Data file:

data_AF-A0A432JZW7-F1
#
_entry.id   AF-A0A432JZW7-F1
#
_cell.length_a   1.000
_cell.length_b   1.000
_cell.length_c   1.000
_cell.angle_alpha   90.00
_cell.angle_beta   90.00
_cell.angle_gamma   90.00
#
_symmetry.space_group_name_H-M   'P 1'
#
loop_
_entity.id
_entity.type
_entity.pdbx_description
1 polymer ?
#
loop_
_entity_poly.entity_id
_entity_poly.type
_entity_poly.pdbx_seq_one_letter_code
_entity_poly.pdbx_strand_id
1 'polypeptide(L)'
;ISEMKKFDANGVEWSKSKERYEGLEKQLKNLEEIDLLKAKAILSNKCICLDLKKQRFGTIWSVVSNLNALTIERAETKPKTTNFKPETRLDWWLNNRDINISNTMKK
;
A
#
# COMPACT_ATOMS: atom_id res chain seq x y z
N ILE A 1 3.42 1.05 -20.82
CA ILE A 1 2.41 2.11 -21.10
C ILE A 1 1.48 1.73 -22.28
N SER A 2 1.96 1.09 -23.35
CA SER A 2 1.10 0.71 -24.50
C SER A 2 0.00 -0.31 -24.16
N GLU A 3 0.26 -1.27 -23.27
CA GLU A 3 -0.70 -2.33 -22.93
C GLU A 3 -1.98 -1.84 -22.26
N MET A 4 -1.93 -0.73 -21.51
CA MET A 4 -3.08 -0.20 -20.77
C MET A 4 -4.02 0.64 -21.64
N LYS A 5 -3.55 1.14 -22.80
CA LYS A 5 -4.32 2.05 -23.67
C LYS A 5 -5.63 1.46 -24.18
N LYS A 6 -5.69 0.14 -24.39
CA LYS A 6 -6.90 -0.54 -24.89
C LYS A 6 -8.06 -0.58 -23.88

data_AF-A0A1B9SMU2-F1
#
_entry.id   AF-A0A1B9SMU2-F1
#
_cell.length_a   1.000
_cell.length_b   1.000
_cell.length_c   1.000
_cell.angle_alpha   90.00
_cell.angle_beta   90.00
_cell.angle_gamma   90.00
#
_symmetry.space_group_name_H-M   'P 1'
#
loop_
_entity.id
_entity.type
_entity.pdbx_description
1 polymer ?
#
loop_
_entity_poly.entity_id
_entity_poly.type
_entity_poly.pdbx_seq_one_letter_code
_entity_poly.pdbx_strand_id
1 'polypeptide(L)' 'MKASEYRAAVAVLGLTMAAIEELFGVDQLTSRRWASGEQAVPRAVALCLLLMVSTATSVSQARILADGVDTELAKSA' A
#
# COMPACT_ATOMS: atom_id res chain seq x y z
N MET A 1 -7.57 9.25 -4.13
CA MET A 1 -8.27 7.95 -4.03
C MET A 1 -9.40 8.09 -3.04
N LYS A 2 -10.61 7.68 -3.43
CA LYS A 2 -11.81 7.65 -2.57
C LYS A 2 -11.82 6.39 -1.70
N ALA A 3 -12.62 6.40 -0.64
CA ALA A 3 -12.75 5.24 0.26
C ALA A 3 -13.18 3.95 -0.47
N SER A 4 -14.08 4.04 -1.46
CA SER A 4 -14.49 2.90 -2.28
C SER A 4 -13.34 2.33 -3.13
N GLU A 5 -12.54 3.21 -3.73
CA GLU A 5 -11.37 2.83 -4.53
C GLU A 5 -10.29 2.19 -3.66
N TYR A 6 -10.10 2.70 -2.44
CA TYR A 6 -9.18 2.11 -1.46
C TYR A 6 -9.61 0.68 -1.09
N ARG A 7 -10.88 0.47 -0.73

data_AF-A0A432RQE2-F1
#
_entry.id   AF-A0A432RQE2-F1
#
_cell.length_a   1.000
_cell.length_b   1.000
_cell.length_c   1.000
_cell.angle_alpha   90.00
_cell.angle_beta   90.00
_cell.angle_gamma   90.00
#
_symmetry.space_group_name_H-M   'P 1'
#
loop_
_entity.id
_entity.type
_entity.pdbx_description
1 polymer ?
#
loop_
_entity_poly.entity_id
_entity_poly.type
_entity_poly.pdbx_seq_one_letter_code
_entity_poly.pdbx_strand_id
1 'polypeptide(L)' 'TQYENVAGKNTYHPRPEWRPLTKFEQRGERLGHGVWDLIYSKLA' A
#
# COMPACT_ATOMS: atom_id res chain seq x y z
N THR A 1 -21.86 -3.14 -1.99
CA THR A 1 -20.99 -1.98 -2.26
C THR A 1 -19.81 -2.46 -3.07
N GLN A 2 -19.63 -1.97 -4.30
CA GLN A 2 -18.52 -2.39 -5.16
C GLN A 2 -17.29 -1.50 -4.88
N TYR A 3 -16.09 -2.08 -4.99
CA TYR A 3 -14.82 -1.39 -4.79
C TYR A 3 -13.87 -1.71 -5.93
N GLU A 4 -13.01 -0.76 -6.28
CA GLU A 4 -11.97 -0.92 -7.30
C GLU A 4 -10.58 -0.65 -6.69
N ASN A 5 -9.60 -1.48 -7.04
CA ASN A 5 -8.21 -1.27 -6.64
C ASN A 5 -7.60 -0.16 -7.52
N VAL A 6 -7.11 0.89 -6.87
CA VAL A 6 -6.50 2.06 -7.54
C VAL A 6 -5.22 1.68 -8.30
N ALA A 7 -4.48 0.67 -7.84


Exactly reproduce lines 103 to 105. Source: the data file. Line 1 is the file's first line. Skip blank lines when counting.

_cell.angle_beta   90.00
_cell.angle_gamma   90.00
#